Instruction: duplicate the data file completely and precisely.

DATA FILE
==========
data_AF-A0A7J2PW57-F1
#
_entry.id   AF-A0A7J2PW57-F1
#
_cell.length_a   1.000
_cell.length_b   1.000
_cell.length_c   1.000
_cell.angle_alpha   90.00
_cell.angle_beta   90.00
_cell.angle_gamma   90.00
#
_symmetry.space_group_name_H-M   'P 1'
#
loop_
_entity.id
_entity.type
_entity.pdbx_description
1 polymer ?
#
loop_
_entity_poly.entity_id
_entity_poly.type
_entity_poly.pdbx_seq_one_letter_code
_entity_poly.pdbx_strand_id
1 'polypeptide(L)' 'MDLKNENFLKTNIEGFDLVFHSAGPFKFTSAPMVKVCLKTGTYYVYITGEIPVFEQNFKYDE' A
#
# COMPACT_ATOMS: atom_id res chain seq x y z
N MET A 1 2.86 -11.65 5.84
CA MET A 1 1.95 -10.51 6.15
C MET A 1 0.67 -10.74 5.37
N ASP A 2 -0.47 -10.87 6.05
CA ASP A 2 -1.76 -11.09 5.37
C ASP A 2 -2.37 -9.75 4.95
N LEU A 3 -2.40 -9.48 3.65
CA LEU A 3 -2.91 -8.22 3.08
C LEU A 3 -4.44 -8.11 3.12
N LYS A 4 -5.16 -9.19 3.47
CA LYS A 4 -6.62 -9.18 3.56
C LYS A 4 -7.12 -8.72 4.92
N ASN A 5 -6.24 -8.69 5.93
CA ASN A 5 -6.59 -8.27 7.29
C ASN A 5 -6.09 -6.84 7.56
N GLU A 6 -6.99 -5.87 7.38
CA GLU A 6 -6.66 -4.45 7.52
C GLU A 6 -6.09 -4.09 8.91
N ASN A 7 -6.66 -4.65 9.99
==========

data_AF-A0A7J2PW57-F1
#
_entry.id   AF-A0A7J2PW57-F1
#
_cell.length_a   1.000
_cell.length_b   1.000
_cell.length_c   1.000
_cell.angle_alpha   90.00
_cell.angle_beta   90.00
_cell.angle_gamma   90.00
#
_symmetry.space_group_name_H-M   'P 1'
#
loop_
_entity.id
_entity.type
_entity.pdbx_description
1 polymer ?
#
loop_
_entity_poly.entity_id
_entity_poly.type
_entity_poly.pdbx_seq_one_letter_code
_entity_poly.pdbx_strand_id
1 'polypeptide(L)' 'MDLKNENFLKTNIEGFDLVFHSAGPFKFTSAPMVKVCLKTGTYYVYITGEIPVFEQNFKYDE' A
#
# COMPACT_ATOMS: atom_id res chain seq x y z
N MET A 1 2.86 -11.65 5.84
CA MET A 1 1.95 -10.51 6.15
C MET A 1 0.67 -10.74 5.37
N ASP A 2 -0.47 -10.87 6.05
CA ASP A 2 -1.76 -11.09 5.37
C ASP A 2 -2.37 -9.75 4.95
N LEU A 3 -2.40 -9.48 3.65
CA LEU A 3 -2.91 -8.22 3.08
C LEU A 3 -4.44 -8.11 3.12
N LYS A 4 -5.16 -9.19 3.47
CA LYS A 4 -6.62 -9.18 3.56
C LYS A 4 -7.12 -8.72 4.92
N ASN A 5 -6.24 -8.69 5.93
CA ASN A 5 -6.59 -8.27 7.29
C ASN A 5 -6.09 -6.84 7.56
N GLU A 6 -6.99 -5.87 7.38
CA GLU A 6 -6.66 -4.45 7.52
C GLU A 6 -6.09 -4.09 8.91
N ASN A 7 -6.66 -4.65 9.99